Thursday, August 30, 2007

The "Jewell Effect" and Larry Craig


Remember Richard Jewell, who died yesterday? Jewell, as The Washington Post's headline says, was "wrongly linked to Olympic bombing":
On July 27, 1996, [Jewell] spotted a crudely made pipe bomb inside a green knapsack near a concert stage [at Atlanta's Centennial Olympic Park].

At first, he was praised for his decisive handling of the situation. He hurried people away and called for backup. His actions were credited with reducing casualties; one woman died, and 111 people were injured at the scene.

Within three days, Mr. Jewell's status as a hero was challenged after the Atlanta Journal-Constitution called him "the focus" of the FBI investigation into the bombing. The FBI neither arrested nor formally charged Mr. Jewell, but the scrutiny that descended on him was invasive and crude....

In October 1996, the FBI cleared Mr. Jewell. In a news conference, he called his 88 days under suspicion a nightmare for him and his mother, with whom he lived near the Olympic park.

"In its rush to show the world how quickly it could get its man, the FBI trampled on my rights as a citizen," he said. "In its rush for the headline that the hero was the bomber, the media cared nothing for my feelings as a human being. In their mad rush to fulfill their own personal agendas, the FBI and the media almost destroyed me and my mother."

The matter of Larry Craig may seem different (after all, he pled guilty to something), but the rush to judge and punish Craig for something he didn't plead guilty to (soliciting a homosexual act) is Jewell-like. Rick Moran, writing at The American Thinker Blog, describes the cynical reaction of Craig's Senate "colleagues":
The humiliation of Senator Larry Craig continues as party leaders in the Senate have stripped him of his status as ranking Republican on the Veterans Affairs Committee as well as an Appropriations subcommittee.
In addition, several prominent Senators have called on Craig to resign immediately - a sure sign that the party is nervous about holding on to as many seats as they can after next year's election....

Senator [Norm] Coleman [R-MN] said that Craig was guilty of "conduct unbecoming a Senator" and should resign. Other Republican Senators have privately expressed deep concern that in an election cycle where they must defend 21 seats, Craig's Idaho constituency - among the most reliably Republican in the country - might opt for a Democrat if the stain of the scandal can't be wiped away.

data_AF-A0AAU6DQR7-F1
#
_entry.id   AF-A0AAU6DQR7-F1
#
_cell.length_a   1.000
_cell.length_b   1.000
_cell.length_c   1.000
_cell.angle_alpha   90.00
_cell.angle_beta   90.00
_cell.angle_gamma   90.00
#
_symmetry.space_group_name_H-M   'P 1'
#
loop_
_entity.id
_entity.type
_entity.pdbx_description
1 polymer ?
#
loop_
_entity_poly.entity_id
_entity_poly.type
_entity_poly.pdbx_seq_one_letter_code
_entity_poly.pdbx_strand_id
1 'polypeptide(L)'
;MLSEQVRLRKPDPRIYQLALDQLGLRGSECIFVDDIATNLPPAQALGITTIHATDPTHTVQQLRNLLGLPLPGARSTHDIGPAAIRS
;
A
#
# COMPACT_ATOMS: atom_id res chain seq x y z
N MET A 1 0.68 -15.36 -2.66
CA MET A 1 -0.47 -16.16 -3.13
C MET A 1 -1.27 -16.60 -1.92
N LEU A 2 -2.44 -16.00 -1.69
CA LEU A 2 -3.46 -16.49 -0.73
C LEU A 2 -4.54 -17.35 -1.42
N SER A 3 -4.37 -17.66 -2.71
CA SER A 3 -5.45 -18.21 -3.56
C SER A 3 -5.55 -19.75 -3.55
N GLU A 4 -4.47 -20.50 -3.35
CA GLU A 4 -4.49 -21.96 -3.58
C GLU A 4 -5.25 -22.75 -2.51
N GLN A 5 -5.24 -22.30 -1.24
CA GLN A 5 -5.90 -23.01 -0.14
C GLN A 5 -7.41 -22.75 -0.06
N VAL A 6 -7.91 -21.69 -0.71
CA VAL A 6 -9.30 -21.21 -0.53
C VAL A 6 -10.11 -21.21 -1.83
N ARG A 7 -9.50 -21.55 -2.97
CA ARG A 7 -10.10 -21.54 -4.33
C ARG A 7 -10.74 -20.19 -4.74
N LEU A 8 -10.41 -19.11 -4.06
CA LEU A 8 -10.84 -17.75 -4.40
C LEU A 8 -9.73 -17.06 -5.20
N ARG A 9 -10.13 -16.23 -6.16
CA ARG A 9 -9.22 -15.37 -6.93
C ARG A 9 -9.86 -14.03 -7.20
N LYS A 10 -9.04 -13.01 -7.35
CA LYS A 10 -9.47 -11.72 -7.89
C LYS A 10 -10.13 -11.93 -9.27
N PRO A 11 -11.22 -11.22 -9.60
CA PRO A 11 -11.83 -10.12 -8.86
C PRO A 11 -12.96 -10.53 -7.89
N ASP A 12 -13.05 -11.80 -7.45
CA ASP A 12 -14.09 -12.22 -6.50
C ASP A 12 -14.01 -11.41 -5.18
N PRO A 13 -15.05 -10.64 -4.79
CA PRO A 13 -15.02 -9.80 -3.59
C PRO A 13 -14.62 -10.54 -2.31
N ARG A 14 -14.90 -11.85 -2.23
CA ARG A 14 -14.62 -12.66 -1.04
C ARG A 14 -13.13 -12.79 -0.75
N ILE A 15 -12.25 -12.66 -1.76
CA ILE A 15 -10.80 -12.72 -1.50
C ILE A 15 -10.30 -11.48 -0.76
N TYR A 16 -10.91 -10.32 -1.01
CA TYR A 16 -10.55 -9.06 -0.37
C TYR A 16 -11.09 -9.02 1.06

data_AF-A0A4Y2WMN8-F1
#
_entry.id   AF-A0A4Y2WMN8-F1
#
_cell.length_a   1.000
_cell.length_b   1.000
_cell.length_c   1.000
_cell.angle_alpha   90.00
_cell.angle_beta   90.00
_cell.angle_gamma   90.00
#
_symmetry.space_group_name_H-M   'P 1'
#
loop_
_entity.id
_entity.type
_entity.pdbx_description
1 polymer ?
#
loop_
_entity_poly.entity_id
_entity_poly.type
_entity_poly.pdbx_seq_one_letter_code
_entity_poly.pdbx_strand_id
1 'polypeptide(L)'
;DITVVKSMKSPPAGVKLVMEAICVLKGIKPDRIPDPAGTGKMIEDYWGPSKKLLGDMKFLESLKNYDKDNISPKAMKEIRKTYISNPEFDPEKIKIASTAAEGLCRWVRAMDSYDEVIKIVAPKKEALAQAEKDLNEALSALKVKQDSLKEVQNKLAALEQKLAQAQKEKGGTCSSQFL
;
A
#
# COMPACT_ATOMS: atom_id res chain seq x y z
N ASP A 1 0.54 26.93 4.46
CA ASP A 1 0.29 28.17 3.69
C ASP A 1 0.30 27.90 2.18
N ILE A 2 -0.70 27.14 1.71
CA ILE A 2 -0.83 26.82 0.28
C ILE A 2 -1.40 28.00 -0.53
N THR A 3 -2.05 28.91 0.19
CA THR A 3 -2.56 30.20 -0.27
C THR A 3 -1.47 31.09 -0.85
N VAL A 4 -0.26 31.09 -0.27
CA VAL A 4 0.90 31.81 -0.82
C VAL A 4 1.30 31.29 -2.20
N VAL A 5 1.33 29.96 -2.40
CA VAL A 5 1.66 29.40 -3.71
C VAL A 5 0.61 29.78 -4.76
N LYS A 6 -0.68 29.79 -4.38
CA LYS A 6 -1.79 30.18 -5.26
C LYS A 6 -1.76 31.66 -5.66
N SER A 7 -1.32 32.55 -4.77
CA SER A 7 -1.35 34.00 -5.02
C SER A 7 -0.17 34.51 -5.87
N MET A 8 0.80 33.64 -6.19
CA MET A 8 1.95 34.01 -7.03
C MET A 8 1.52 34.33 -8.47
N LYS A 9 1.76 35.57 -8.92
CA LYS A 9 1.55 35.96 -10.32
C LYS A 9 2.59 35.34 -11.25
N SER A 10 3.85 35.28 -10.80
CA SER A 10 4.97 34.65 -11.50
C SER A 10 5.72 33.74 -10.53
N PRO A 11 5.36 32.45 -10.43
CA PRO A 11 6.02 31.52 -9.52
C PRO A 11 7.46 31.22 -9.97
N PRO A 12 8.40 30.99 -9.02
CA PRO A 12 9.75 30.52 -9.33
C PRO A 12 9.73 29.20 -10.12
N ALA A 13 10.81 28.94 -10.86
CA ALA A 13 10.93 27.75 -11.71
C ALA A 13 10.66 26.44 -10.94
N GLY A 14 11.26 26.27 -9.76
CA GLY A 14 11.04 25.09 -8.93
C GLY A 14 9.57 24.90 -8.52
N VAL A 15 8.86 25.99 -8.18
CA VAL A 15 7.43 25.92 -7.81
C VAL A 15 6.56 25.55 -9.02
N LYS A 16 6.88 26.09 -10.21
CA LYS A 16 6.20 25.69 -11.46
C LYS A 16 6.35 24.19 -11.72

I should note, however, that Moran's reaction is equally cynical:
GOP Senators should probably do an intervention on Craig's behalf and lay out the facts for him in umistakable terms. His effort to overturn his guilty plea will not change anyone's mind about him one iota and only keeps the scandal in front of the voters where both the voters and the party will be constantly reminded of it.

Best he resign and just fade away. [More of the same here: ED.]
Thus effectively conceding a fact that he denies, namely, that he is a homosexual. But who cares about that when there are Senate seats at stake?

UPDATE (08/30/07): The newly released audio tape of Craig's questioning by the cop who arrested him proves absolutely nothing, except that the cop's interrogation technique is as subtle as toilet seat. (I couldn't resist using that rather obscure simile, given the subject.) Either Craig is lying through his teeth (to switch from simile to metaphor in mid-stream) or the cop "saw" what he expected, no, hoped to see: signals of solicitation. The cop was involved in a sting operation, after all.

UPDATE (08/31/07): Relevant commentary here.

UPDATE (09/01/07): Well, Senator Craig has resigned. Here's my take:

Craig has been plagued for decades by accusations that he is homosexual. He chose to plead to disorderly conduct in the hope that the mens' room incident would "go away." It didn't. Now he has chosen to resign his Senate seat in the hope that the furore about his so-called misconduct will go away. The two choices are consistent with what I have seen of Craig (as a public figure): a principled conservative who is articulate about his principles but not combative.

Thus endeth a distinguished career. Let us hope that Craig's successor (probably Idaho's lieutenant governor, Jim Risch, is as conservative as Craig.